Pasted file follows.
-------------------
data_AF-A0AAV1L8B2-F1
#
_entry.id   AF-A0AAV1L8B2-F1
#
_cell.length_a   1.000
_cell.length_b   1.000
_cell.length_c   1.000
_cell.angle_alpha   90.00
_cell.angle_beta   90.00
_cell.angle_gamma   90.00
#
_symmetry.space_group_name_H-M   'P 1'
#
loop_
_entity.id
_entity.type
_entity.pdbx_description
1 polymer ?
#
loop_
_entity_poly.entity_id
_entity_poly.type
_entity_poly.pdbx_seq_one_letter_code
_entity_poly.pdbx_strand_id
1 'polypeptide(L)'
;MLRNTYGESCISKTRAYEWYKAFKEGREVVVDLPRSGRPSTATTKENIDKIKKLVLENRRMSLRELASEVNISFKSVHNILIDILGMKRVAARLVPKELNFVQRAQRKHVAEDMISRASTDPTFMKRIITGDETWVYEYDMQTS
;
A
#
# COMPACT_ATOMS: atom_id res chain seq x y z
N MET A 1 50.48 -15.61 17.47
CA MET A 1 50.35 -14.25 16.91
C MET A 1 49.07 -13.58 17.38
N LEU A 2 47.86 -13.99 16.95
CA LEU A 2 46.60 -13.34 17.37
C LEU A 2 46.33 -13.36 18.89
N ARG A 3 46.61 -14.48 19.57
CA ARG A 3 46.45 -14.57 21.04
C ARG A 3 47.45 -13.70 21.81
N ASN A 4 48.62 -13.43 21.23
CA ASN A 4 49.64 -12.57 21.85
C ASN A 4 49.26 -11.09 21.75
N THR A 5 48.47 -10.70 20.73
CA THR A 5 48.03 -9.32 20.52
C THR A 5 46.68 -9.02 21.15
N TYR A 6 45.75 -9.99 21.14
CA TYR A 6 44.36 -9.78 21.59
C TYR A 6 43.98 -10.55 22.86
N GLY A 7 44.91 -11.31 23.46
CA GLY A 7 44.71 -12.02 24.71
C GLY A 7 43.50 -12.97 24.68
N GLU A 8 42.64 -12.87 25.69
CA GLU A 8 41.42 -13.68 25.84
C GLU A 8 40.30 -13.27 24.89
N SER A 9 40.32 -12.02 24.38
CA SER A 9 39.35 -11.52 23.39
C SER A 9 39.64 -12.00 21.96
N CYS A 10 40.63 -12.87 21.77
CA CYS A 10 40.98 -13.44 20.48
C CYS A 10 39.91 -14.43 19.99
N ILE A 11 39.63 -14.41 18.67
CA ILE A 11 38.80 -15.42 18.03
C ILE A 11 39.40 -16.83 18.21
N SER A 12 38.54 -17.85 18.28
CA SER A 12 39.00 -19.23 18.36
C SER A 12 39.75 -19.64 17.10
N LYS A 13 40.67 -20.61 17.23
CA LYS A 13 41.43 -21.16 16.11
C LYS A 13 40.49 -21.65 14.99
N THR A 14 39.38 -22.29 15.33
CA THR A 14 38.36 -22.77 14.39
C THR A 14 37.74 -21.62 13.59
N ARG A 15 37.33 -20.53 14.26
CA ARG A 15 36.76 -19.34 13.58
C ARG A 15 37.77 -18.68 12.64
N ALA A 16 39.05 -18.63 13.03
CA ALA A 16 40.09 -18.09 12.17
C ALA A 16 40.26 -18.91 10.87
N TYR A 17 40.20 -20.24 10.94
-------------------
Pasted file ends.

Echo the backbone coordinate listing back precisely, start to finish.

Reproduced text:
data_AF-A0AAV1L8B2-F1
#
_entry.id   AF-A0AAV1L8B2-F1
#
_cell.length_a   1.000
_cell.length_b   1.000
_cell.length_c   1.000
_cell.angle_alpha   90.00
_cell.angle_beta   90.00
_cell.angle_gamma   90.00
#
_symmetry.space_group_name_H-M   'P 1'
#
loop_
_entity.id
_entity.type
_entity.pdbx_description
1 polymer ?
#
loop_
_entity_poly.entity_id
_entity_poly.type
_entity_poly.pdbx_seq_one_letter_code
_entity_poly.pdbx_strand_id
1 'polypeptide(L)'
;MLRNTYGESCISKTRAYEWYKAFKEGREVVVDLPRSGRPSTATTKENIDKIKKLVLENRRMSLRELASEVNISFKSVHNILIDILGMKRVAARLVPKELNFVQRAQRKHVAEDMISRASTDPTFMKRIITGDETWVYEYDMQTS
;
A
#
# COMPACT_ATOMS: atom_id res chain seq x y z
N MET A 1 50.48 -15.61 17.47
CA MET A 1 50.35 -14.25 16.91
C MET A 1 49.07 -13.58 17.38
N LEU A 2 47.86 -13.99 16.95
CA LEU A 2 46.60 -13.34 17.37
C LEU A 2 46.33 -13.36 18.89
N ARG A 3 46.61 -14.48 19.57
CA ARG A 3 46.45 -14.57 21.04
C ARG A 3 47.45 -13.70 21.81
N ASN A 4 48.62 -13.43 21.23
CA ASN A 4 49.64 -12.57 21.85
C ASN A 4 49.26 -11.09 21.75
N THR A 5 48.47 -10.70 20.73
CA THR A 5 48.03 -9.32 20.52
C THR A 5 46.68 -9.02 21.15
N TYR A 6 45.75 -9.99 21.14
CA TYR A 6 44.36 -9.78 21.59
C TYR A 6 43.98 -10.55 22.86
N GLY A 7 44.91 -11.31 23.46
CA GLY A 7 44.71 -12.02 24.71
C GLY A 7 43.50 -12.97 24.68
N GLU A 8 42.64 -12.87 25.69
CA GLU A 8 41.42 -13.68 25.84
C GLU A 8 40.30 -13.27 24.89
N SER A 9 40.32 -12.02 24.38
CA SER A 9 39.35 -11.52 23.39
C SER A 9 39.64 -12.00 21.96
N CYS A 10 40.63 -12.87 21.77
CA CYS A 10 40.98 -13.44 20.48
C CYS A 10 39.91 -14.43 19.99
N ILE A 11 39.63 -14.41 18.67
CA ILE A 11 38.80 -15.42 18.03
C ILE A 11 39.40 -16.83 18.21
N SER A 12 38.54 -17.85 18.28
CA SER A 12 39.00 -19.23 18.36
C SER A 12 39.75 -19.64 17.10
N LYS A 13 40.67 -20.61 17.23
CA LYS A 13 41.43 -21.16 16.11
C LYS A 13 40.49 -21.65 14.99
N THR A 14 39.38 -22.29 15.33
CA THR A 14 38.36 -22.77 14.39
C THR A 14 37.74 -21.62 13.59
N ARG A 15 37.33 -20.53 14.26
CA ARG A 15 36.76 -19.34 13.58
C ARG A 15 37.77 -18.68 12.64
N ALA A 16 39.05 -18.63 13.03
CA ALA A 16 40.09 -18.09 12.17
C ALA A 16 40.26 -18.91 10.87
N TYR A 17 40.20 -20.24 10.94